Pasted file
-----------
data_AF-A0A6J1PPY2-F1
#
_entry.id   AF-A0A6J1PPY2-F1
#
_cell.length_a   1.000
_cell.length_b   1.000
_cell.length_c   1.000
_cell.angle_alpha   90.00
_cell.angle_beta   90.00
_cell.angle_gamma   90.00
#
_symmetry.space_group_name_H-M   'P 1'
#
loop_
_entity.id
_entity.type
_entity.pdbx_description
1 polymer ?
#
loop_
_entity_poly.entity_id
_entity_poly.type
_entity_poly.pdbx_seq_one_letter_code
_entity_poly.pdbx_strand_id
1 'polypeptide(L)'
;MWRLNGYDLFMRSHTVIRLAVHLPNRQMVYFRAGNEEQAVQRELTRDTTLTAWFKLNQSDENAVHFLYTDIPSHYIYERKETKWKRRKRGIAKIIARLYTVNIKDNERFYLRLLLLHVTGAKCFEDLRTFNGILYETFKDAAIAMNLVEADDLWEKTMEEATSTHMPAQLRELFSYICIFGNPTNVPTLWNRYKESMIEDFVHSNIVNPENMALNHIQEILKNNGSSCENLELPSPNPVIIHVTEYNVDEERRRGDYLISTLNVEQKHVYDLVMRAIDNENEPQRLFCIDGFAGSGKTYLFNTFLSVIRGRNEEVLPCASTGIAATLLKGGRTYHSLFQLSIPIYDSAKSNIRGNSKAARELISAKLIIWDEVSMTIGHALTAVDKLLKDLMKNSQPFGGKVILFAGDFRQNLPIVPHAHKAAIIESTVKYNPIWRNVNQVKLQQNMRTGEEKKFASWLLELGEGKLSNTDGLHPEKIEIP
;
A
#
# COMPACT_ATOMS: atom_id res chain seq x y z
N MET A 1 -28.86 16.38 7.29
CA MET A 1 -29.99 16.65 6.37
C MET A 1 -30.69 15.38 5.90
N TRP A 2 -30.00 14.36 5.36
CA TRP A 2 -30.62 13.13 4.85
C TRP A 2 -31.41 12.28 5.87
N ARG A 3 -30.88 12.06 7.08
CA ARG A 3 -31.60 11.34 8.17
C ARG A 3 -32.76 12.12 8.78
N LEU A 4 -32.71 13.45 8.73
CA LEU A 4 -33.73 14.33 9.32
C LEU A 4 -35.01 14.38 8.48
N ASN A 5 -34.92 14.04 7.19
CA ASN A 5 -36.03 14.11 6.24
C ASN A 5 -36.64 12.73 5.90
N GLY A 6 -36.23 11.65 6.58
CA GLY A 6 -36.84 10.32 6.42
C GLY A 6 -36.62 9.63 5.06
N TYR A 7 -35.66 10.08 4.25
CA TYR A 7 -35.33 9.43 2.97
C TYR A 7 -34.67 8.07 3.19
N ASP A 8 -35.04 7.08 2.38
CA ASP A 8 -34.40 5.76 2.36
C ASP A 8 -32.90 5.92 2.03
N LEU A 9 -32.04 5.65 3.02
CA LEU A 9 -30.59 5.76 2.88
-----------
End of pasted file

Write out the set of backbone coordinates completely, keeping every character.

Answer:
data_AF-A0A6J1PPY2-F1
#
_entry.id   AF-A0A6J1PPY2-F1
#
_cell.length_a   1.000
_cell.length_b   1.000
_cell.length_c   1.000
_cell.angle_alpha   90.00
_cell.angle_beta   90.00
_cell.angle_gamma   90.00
#
_symmetry.space_group_name_H-M   'P 1'
#
loop_
_entity.id
_entity.type
_entity.pdbx_description
1 polymer ?
#
loop_
_entity_poly.entity_id
_entity_poly.type
_entity_poly.pdbx_seq_one_letter_code
_entity_poly.pdbx_strand_id
1 'polypeptide(L)'
;MWRLNGYDLFMRSHTVIRLAVHLPNRQMVYFRAGNEEQAVQRELTRDTTLTAWFKLNQSDENAVHFLYTDIPSHYIYERKETKWKRRKRGIAKIIARLYTVNIKDNERFYLRLLLLHVTGAKCFEDLRTFNGILYETFKDAAIAMNLVEADDLWEKTMEEATSTHMPAQLRELFSYICIFGNPTNVPTLWNRYKESMIEDFVHSNIVNPENMALNHIQEILKNNGSSCENLELPSPNPVIIHVTEYNVDEERRRGDYLISTLNVEQKHVYDLVMRAIDNENEPQRLFCIDGFAGSGKTYLFNTFLSVIRGRNEEVLPCASTGIAATLLKGGRTYHSLFQLSIPIYDSAKSNIRGNSKAARELISAKLIIWDEVSMTIGHALTAVDKLLKDLMKNSQPFGGKVILFAGDFRQNLPIVPHAHKAAIIESTVKYNPIWRNVNQVKLQQNMRTGEEKKFASWLLELGEGKLSNTDGLHPEKIEIP
;
A
#
# COMPACT_ATOMS: atom_id res chain seq x y z
N MET A 1 -28.86 16.38 7.29
CA MET A 1 -29.99 16.65 6.37
C MET A 1 -30.69 15.38 5.90
N TRP A 2 -30.00 14.36 5.36
CA TRP A 2 -30.62 13.13 4.85
C TRP A 2 -31.41 12.28 5.87
N ARG A 3 -30.88 12.06 7.08
CA ARG A 3 -31.60 11.34 8.17
C ARG A 3 -32.76 12.12 8.78
N LEU A 4 -32.71 13.45 8.73
CA LEU A 4 -33.73 14.33 9.32
C LEU A 4 -35.01 14.38 8.48
N ASN A 5 -34.92 14.04 7.19
CA ASN A 5 -36.03 14.11 6.24
C ASN A 5 -36.64 12.73 5.90
N GLY A 6 -36.23 11.65 6.58
CA GLY A 6 -36.84 10.32 6.42
C GLY A 6 -36.62 9.63 5.06
N TYR A 7 -35.66 10.08 4.25
CA TYR A 7 -35.33 9.43 2.97
C TYR A 7 -34.67 8.07 3.19
N ASP A 8 -35.04 7.08 2.38
CA ASP A 8 -34.40 5.76 2.36
C ASP A 8 -32.90 5.92 2.03
N LEU A 9 -32.04 5.65 3.02
CA LEU A 9 -30.59 5.76 2.88